Sat. Jan 28th, 2023
Those controllers don't follow themselves.  And now you can create your own with a free license from Valve Software.

Those controllers don’t follow themselves. And now you can create your own with a free license from Valve Software.

Valve software

For now, if you want to play any of the virtual reality games or apps in the SteamVR ecosystem, the only hardware you can use is from HTC. However, that can change quickly. SteamVR maker Valve has opened the floodgates to a new wave of VR peripherals with a surprise announcement on Thursday: all licenses for the system’s VR tracking interface will be free.

What does this mean? To be clear, this is not an announcement for new headsets, although SteamVR has always been advertised as a platform that will eventually be open to other VR headset manufacturers. Rather, it’s all about virtual reality add-ons.

If a hardware maker wants to create physical objects that can interact with SteamVR, such as a pair of gloves, a two-handed shotgun, a mock medical device, or anything you can think of, the object in question must be tracked by the “room-scale” pair of infrared boxes of the system. The HTC Vive’s headset and wands work well in VR, especially since they’re each covered by dozens of IR receiver dots. The headset and wands are spread out in such a way that no matter how you hold or use them, one of the Vive’s two tracking boxes can be seen through enough IR dots.

At that point, the controller in question sends that data to a computer, which translates the positions and rotations of those physical objects into 3D space. That’s why you see them appear smoothly in a virtual play space. (You can read more about how this all works on Valve’s licensing announcement page, which includes suggestions for peripherals such as table tennis paddles and golf clubs.)

Third-party hardware makers have flooded recent gaming expos with their own hacked attempts at this sort of thing, usually by attaching extra hardware to existing HTC Vive wands. Now they can contact Steam directly and request a traceable peripheral development kit, which includes EVM boards, Vive tracking boxes, and 40 individual sensors, to create their own working hardware prototype. This kit will be made available free of charge to approved licensees and will contain documentation and information that hardware manufacturers can use to ultimately mass-produce any final product.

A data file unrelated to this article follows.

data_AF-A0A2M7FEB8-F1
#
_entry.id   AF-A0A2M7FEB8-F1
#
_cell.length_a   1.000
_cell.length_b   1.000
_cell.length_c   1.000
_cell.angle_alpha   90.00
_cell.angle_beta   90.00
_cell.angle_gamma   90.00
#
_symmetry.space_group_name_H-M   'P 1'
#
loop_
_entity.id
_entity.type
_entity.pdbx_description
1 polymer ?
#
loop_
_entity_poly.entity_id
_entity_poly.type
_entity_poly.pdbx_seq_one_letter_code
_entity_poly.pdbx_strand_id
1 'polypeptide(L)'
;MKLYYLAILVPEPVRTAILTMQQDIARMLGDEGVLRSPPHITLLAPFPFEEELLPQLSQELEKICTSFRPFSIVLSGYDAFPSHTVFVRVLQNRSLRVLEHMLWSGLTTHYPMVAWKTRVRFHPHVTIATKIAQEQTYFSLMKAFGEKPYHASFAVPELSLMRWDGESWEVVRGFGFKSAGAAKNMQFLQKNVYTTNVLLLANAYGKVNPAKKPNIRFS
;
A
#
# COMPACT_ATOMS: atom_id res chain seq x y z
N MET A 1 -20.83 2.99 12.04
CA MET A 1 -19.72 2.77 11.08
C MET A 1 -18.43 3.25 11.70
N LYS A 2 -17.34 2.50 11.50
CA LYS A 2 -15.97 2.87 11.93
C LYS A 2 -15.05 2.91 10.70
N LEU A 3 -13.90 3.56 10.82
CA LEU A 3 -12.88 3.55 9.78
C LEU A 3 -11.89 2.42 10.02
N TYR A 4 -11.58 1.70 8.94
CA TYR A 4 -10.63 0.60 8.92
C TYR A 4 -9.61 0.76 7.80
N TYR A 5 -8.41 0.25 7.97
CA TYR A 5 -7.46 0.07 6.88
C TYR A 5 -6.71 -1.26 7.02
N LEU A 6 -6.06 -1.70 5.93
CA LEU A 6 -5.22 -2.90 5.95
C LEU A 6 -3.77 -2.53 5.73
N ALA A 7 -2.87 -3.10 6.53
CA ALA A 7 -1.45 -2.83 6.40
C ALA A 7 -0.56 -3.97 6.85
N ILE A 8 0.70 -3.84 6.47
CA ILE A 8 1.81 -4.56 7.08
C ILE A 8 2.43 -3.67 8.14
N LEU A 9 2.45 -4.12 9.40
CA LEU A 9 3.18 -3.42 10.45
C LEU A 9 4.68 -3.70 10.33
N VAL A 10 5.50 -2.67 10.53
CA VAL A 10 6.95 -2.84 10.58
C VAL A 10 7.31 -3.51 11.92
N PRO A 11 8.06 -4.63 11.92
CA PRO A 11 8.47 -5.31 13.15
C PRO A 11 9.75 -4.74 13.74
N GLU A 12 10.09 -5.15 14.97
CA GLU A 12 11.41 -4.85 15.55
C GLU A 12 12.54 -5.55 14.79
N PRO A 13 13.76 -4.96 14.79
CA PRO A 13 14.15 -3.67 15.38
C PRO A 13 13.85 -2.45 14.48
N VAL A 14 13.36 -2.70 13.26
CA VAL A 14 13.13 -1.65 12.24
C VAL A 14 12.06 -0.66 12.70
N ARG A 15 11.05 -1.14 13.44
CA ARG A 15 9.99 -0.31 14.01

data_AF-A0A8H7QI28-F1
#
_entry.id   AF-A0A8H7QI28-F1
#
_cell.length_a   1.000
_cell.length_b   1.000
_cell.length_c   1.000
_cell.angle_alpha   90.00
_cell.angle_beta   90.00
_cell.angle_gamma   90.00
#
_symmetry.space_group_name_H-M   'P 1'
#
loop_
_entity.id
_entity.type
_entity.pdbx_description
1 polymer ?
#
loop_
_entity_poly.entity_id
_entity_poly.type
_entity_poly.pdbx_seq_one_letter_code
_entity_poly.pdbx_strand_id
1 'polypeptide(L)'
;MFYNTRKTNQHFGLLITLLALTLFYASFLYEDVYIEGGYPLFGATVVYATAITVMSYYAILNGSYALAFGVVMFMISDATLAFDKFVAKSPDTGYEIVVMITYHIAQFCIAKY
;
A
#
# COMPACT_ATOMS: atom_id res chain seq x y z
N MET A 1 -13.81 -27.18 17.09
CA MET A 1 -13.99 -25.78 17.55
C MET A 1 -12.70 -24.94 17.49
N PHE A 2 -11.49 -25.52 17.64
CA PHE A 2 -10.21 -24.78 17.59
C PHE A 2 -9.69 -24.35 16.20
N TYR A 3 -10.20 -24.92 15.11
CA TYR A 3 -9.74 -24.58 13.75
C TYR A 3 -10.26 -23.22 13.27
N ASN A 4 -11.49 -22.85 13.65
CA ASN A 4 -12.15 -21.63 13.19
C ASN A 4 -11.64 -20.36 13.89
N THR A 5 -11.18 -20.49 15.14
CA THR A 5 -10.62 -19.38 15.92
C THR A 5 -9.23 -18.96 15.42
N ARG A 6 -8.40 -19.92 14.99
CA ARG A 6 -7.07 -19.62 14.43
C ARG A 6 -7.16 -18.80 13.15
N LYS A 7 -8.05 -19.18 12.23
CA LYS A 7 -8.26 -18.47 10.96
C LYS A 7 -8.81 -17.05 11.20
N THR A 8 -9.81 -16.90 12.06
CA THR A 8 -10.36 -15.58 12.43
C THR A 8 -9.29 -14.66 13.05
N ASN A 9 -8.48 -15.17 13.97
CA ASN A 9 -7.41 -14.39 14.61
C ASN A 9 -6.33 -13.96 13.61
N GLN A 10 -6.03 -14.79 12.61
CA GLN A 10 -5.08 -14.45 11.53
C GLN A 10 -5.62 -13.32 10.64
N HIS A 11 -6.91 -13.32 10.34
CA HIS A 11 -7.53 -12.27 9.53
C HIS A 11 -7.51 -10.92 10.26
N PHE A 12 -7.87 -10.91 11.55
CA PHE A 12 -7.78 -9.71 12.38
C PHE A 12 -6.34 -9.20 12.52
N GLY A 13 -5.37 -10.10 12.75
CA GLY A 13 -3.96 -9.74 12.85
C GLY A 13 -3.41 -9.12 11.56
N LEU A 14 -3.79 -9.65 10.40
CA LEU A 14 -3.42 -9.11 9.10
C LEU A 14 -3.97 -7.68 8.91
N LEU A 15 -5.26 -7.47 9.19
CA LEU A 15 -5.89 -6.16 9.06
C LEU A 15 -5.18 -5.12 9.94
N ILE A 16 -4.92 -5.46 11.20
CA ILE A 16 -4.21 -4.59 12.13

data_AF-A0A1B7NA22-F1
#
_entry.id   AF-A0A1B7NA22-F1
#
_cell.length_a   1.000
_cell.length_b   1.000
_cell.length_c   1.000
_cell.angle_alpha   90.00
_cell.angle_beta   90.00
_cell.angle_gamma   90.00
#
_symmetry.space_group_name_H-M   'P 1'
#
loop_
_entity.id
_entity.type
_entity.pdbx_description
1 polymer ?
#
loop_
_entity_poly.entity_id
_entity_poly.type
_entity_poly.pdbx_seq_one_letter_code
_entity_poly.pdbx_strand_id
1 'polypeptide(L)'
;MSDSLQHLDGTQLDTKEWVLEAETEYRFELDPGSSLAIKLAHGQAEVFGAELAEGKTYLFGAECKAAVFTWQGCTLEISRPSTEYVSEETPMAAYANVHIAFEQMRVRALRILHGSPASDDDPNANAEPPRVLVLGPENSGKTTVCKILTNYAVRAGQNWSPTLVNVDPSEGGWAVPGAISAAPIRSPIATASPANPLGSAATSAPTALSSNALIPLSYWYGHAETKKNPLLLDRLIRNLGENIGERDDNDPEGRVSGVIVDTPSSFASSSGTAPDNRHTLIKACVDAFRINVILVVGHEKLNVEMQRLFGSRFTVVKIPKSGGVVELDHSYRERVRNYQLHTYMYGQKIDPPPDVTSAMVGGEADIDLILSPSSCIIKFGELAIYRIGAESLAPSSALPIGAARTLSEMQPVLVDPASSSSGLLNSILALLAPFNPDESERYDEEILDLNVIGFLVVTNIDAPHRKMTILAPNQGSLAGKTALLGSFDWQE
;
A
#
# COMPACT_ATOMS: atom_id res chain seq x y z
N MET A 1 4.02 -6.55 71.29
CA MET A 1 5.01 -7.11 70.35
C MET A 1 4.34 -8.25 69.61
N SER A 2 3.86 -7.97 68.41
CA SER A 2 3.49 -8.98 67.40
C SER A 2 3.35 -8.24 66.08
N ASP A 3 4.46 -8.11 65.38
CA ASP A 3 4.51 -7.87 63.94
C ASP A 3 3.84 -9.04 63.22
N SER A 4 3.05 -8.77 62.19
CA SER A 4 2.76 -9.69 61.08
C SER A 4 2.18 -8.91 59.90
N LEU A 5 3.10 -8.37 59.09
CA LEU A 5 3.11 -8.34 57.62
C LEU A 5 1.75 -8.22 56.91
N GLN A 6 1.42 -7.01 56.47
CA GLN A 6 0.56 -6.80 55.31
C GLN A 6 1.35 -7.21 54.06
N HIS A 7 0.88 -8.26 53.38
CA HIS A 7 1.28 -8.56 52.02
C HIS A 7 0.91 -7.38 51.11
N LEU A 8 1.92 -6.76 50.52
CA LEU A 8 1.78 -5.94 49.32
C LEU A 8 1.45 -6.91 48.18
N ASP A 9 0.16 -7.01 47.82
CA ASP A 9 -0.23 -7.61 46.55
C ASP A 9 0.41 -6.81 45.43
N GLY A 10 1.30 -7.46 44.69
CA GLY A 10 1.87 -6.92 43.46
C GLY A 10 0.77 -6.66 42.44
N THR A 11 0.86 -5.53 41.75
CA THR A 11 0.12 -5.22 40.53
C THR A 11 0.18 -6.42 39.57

However, those who are approved must also attend a training seminar hosted by Seattle-based consultancy Synapse, which costs a cool $2,975 per attendee. The first seminars will be hosted at Synapse’s Seattle headquarters in late September, with more to come, while HTC will host similar seminars across Asia “in the coming months.” Anyone with that budget, time and wanderlust can now sign up for a license (which requires a SteamWorks account) (the first link won’t work until you sign up on the second). The fact that HTC is joining forces with Valve on this consultation part of the deal says a lot about the companies’ VR relationship right now. HTC clearly doesn’t want to screw up that relationship, as it still enjoys leading status as the sole manufacturer of SteamVR headsets.

While Valve representatives answered some of our questions about the announcement, our question about licensee approval and curation—specifically, whether Valve will greenlight someone to make SteamVR-compatible sex toys and teledildonics—wasn’t answered in time for the publication of this article.

By akfire1

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